Pearl Harbor’s local vet arrives at the National WWII Museum – Orange County Register in time for the 105th anniversary and rousing tribute

Joseph Eskenazi, made it safely to the National WII Museum in New Orleans after his two-day Amtrak trip from Los Angeles’ Union Station.

“It feels great,” Eskenazi told the Associated Press after posing for photos with his great-grandson, who will soon be 5, his 21-month-old great-granddaughter, and six other World War II veterans, all in their ’90s.

He was welcomed on Wednesday morning, June. 11, from flag-waving fans and appraisers who lined up outside the museum to wish him a happy 105th birthday. Eskenazi traveled to New Orleans as part of the Gary Sinise Foundation’s Soaring Valor Program, which helps bring WII veterans from around the country to the National Museum.

During their stay at the museum, Eskenazi and eight other Southern California veterans will chronicle their memories of World War II with a foundation-sponsored historian.

Eskenazi, who will be 105 on January 30, was just 23 when the Japanese bombed Pearl Harbor. Still, not a day goes by that he doesn’t wake up and think of the young Americans killed in the attack, Eskenazi said as he departed Union Station on Friday, Jan. 6.

“What bothered me the most is seeing these wonderful people go to another world without a chance to enjoy it,” he said. “It’s a moment of sadness that will stay with me for the rest of my life.”

More than 2,403 Americans died in the attack, including 68 civilians.

Eskenazi was a private first class sleeping at Schofield Barracks on the morning of December 7, 1941. He was startled by the sound of the first bombs going off on the USS Arizona, which was about 18 miles inland from his barracks.

When its captain asked for a volunteer to help clear the airfield next to the port, Eskenazi’s hand was the first and only one to shoot up.

While bulldozing across the open field, he survived being fired upon by a deadly Japanese Zero fighter jet. The machine gun bullets kicked up dirt around Eskenazi but fortunately missed their target.

Eskenazi will tell this story among other war memoirs in the museum. These records are preserved in the museum’s oral history archives for generations to remember the bravery and sacrifice of men like Eskenazi.

World War II veteran Joseph Eskenazi, center, who at 104 years and 11 months is the oldest living veteran to survive the attack on Pearl Harbor, sits with other Pearl Harbor veterans at an event marking his upcoming 105th birthday celebrating at the National World War II Museum in New Orleans, Wednesday, January 11, 2023. Left to right are Wallace Johnson, Gordon Wilson, Eskenazi, Billy Hall and Tony DiLisa. (AP Photo/Gerald Herbert)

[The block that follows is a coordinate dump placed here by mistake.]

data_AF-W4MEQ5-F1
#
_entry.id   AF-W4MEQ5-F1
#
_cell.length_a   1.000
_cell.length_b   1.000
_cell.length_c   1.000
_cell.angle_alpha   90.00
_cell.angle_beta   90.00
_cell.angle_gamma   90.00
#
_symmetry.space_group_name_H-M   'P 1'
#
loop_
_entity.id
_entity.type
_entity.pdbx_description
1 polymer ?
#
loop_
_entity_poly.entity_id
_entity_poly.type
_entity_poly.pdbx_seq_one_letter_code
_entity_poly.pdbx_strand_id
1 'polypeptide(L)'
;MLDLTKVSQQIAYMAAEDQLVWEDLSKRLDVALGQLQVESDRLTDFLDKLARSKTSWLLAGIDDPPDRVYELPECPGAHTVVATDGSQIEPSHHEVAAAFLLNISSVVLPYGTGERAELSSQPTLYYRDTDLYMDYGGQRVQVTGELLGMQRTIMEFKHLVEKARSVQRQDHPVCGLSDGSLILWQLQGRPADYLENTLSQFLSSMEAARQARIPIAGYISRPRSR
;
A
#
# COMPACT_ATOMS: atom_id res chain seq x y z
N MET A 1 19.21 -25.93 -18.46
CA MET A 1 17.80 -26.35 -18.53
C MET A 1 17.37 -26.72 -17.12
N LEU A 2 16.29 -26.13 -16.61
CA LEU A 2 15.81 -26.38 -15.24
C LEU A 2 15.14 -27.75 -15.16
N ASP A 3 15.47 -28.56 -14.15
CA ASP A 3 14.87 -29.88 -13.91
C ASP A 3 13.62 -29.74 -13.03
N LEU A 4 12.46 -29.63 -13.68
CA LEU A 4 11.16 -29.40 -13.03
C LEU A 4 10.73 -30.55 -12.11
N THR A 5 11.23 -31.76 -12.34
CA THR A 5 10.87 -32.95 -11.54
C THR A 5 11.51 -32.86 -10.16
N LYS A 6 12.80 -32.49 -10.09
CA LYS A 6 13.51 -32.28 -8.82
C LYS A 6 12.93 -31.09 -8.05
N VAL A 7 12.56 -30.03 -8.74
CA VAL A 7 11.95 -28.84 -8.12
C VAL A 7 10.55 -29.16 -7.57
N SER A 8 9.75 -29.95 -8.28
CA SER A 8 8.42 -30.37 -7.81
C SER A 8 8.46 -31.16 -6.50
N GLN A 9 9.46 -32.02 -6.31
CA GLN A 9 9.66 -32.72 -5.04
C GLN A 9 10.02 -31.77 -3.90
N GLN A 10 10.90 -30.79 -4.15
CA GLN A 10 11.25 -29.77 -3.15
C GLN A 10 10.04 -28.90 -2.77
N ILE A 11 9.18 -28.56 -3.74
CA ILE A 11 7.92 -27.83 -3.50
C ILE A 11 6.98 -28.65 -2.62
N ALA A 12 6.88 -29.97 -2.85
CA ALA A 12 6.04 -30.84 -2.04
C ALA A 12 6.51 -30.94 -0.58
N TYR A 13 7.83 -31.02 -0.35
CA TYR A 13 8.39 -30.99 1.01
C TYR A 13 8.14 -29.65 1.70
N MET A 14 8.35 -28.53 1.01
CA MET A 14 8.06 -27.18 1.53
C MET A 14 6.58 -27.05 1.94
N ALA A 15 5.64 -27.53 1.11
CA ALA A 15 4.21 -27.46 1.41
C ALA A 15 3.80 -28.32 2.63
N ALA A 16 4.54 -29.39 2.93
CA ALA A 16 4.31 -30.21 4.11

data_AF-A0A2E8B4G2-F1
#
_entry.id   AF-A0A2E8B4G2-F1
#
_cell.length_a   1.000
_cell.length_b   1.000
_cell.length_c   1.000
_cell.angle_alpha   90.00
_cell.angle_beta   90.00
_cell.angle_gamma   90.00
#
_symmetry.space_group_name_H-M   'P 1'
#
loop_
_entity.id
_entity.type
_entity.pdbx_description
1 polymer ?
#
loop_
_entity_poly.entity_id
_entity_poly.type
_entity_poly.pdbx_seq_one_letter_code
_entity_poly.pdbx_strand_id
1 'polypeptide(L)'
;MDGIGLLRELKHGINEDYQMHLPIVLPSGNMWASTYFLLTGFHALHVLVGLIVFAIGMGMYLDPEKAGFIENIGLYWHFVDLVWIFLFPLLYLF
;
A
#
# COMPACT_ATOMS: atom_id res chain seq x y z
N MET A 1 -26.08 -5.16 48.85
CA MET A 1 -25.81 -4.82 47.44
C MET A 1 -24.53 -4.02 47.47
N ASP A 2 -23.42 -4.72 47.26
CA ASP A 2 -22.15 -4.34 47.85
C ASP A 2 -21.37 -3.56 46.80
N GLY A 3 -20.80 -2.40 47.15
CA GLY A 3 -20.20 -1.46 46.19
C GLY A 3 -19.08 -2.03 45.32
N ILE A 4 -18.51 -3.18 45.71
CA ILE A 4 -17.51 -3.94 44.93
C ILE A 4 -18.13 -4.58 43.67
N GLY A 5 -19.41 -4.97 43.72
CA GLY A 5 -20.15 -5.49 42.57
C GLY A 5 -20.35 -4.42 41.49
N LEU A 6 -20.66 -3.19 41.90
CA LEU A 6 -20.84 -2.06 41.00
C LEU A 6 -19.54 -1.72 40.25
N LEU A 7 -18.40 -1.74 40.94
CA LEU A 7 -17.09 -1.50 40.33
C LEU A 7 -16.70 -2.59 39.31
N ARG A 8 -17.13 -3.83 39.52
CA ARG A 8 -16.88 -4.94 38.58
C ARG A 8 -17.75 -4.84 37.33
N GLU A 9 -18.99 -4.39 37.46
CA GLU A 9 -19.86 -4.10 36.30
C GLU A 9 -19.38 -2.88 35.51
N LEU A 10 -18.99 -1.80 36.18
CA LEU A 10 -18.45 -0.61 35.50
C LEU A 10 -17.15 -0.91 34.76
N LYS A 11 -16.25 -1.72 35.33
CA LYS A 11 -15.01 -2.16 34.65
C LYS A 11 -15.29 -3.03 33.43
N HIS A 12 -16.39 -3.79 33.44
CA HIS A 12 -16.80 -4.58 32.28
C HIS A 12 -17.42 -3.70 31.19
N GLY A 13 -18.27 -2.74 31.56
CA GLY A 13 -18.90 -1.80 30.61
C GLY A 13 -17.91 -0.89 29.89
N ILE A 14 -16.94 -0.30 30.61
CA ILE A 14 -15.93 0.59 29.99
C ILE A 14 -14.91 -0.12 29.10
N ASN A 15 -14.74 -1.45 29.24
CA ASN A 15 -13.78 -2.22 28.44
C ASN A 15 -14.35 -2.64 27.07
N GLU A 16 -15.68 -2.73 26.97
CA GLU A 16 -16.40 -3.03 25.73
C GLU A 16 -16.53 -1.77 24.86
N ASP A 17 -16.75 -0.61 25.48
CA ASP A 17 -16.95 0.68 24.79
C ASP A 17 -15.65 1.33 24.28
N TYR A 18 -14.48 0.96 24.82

World War II veteran Joseph Eskenazi, center, who at 104 years and 11 months is the oldest living veteran to survive the attack on Pearl Harbor, sits with other Pearl Harbor veterans at an event marking his upcoming 105th birthday celebrating at the National World War II Museum in New Orleans, Wednesday, January 11, 2023. Left to right are Wallace Johnson, Gordon Wilson, Eskenazi, Billy Hall and Tony DiLisa. (AP Photo/Gerald Herbert)

In New Orleans on Wednesday, Eskenazi and his fellow veterans lined up for photos amid exhibits of World War II aircraft and Higgins boats designed for beach landings.

“Thank you guys for giving us a country to fight for,” cried veteran Billy Hall, who rose to the rank of major in the Marines after being drafted in 1941, to well-wishers.

The museum opened in 2000 as the National D-Day Museum and has since expanded in size and scope.

The Associated Press contributed to this report

https://www.ocregister.com/2023/01/11/local-pearl-harbor-vet-arrives-at-national-wwii-museum-in-time-for-105th-birthday-and-rousing-tribute/ Pearl Harbor’s local vet arrives at the National WWII Museum – Orange County Register in time for the 105th anniversary and rousing tribute

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